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Plasma Fix for Bird Flu?

Blood Plasma From Bird Flu Survivors May Help Other Bird Flu Patients
By
WebMD Health News
Reviewed by Louise Chang, MD

Oct. 3, 2007 -- Chinese doctors may have found a new approach for treating bird flu: Give bird flu patients plasma from bird flu survivors.

Antibodies in the bird flu survivors' plasma might help bird flu patients recover, the doctors report.

At least, that's what happened when they tried that technique on a Chinese bird flu patient.

The doctors -- who included Boping Zhou, MD, PhD, of the Shenzhen Donghu Hospital in Shenzhen, China -- describe that case in The New England Journal of Medicine.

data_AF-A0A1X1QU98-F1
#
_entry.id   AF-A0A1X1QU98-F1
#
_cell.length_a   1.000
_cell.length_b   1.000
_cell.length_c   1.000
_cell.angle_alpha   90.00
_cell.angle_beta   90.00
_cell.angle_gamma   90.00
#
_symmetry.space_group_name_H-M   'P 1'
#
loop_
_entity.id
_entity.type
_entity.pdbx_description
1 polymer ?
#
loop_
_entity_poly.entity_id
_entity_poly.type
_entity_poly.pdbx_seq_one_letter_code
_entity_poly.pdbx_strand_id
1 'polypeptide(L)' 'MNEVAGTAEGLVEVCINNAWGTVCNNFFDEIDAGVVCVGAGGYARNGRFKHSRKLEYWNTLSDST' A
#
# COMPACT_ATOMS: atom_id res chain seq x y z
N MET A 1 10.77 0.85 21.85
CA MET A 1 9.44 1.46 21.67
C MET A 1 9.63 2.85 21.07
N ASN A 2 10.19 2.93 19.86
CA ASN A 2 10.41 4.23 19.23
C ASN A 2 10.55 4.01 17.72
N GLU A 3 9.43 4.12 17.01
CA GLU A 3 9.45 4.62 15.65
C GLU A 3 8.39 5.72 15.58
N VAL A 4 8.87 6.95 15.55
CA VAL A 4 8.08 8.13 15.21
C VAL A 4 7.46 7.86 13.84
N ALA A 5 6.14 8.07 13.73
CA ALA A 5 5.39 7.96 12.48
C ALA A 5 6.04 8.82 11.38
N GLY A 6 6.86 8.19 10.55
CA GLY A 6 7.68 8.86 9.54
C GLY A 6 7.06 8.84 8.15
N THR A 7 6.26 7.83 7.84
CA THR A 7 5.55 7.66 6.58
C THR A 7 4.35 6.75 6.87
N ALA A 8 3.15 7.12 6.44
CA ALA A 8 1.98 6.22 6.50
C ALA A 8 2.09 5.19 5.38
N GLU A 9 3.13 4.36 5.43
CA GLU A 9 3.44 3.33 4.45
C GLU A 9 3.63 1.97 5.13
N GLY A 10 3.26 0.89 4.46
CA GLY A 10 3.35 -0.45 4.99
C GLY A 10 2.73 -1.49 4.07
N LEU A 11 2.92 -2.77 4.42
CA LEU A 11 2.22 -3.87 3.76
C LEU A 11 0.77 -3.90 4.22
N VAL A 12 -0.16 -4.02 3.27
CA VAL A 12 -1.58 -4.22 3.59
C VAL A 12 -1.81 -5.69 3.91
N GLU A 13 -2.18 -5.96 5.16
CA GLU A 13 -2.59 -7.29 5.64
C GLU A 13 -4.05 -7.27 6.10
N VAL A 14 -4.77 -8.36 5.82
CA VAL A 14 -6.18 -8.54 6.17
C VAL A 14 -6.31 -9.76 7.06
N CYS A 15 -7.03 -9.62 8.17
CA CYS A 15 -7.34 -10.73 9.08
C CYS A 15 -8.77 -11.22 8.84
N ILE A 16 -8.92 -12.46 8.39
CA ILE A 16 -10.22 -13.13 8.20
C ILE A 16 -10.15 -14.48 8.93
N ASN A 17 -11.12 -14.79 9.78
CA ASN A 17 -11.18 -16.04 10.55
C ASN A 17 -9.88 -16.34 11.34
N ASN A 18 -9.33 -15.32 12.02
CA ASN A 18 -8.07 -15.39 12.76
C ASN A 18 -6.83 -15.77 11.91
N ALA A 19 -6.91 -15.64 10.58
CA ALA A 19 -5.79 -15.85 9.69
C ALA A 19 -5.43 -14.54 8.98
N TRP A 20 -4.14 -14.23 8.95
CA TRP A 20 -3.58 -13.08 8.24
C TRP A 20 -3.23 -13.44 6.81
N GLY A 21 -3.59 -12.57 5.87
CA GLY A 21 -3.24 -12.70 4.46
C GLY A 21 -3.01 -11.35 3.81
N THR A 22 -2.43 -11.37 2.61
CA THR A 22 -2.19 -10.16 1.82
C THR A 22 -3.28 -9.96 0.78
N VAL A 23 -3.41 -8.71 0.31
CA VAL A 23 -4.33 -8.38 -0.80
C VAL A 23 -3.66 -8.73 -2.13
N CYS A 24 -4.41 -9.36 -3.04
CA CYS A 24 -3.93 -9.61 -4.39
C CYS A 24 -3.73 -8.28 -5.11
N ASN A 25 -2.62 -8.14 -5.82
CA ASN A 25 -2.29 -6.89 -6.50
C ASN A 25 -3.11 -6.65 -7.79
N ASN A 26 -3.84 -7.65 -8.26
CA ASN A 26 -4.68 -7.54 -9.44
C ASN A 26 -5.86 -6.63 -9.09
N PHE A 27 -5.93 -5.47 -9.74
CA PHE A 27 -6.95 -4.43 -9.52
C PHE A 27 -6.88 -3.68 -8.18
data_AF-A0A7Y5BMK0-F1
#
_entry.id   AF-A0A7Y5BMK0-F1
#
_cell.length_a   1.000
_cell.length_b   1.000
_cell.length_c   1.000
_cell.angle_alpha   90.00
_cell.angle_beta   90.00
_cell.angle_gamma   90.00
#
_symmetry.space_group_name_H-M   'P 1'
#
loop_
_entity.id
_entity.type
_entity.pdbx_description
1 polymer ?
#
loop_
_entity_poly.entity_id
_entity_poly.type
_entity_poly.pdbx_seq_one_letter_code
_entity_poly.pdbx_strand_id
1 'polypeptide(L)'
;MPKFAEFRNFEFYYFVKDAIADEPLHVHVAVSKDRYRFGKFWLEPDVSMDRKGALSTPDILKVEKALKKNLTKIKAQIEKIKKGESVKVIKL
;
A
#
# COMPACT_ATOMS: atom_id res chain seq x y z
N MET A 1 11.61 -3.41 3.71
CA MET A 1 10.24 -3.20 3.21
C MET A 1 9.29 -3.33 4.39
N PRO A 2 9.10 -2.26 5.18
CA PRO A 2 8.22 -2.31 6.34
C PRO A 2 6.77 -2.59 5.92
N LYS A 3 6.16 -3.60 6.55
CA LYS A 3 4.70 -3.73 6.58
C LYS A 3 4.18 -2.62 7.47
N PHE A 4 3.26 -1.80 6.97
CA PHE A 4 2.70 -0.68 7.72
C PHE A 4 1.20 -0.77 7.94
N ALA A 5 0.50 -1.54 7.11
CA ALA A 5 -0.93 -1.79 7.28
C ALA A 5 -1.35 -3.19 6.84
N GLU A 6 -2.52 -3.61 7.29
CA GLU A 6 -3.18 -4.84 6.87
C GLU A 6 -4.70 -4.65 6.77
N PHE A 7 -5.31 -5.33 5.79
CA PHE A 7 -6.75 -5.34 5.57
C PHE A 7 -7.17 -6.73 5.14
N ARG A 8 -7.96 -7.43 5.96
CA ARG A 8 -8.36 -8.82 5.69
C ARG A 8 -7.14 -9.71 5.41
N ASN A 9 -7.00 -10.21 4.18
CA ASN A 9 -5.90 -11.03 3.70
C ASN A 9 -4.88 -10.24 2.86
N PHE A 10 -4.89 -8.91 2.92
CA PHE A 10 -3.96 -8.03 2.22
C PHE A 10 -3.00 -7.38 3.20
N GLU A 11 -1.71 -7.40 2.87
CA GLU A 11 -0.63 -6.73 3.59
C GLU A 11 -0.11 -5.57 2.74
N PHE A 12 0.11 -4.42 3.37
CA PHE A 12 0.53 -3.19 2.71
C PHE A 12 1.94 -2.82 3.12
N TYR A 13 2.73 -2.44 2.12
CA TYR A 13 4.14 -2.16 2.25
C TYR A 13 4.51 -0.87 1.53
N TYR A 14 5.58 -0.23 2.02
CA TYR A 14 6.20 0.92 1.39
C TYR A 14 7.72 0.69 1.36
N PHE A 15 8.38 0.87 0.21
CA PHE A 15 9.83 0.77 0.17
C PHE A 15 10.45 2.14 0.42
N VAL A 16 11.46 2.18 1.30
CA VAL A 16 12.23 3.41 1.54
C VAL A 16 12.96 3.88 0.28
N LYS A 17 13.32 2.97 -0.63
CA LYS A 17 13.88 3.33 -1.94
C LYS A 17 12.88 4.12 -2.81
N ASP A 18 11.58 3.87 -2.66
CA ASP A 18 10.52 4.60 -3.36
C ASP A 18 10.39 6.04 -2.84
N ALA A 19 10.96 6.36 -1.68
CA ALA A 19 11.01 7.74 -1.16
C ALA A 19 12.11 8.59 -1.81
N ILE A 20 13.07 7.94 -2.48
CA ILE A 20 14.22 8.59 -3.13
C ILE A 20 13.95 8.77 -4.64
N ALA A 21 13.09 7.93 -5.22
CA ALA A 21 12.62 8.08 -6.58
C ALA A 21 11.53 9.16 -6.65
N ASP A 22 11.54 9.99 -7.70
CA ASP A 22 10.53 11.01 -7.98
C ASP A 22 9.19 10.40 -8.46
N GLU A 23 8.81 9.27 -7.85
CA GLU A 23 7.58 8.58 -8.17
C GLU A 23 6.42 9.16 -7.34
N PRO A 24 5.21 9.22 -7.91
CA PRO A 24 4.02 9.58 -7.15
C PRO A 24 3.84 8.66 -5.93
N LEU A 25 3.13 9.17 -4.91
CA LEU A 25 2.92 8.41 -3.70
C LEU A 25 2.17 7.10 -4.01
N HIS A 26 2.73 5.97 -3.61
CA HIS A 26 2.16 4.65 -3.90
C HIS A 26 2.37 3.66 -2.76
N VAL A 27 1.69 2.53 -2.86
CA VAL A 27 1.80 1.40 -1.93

The bird flu patient was a 31-year-old man who came to a Shenzhen clinic in June 2006 with a high fever, chills, and a cough. He had bird flu (also called avian influenza).

The doctors gave the man the flu drug Tamiflu. But the man still needed more help.

Zhou's team gave the bird flu patient three plasma transfusions from an unrelated Chinese person who had recovered from bird flu a few months earlier.

Plasma is the liquid part of blood. It contains antibodies, which fight infection.

After receiving the plasma transfusions, the bird flu patient had higher levels of antibodies that fight the H5N1 bird flu virus. He recovered and was released from hospital in early August 2006.

The bird flu patient and the bird flu survivor had had H5N1 bird flu viruses that were genetically very similar.

The results suggest that the plasma transfusion technique "may be a viable option" for bird flu treatment, Zhou and colleagues conclude.

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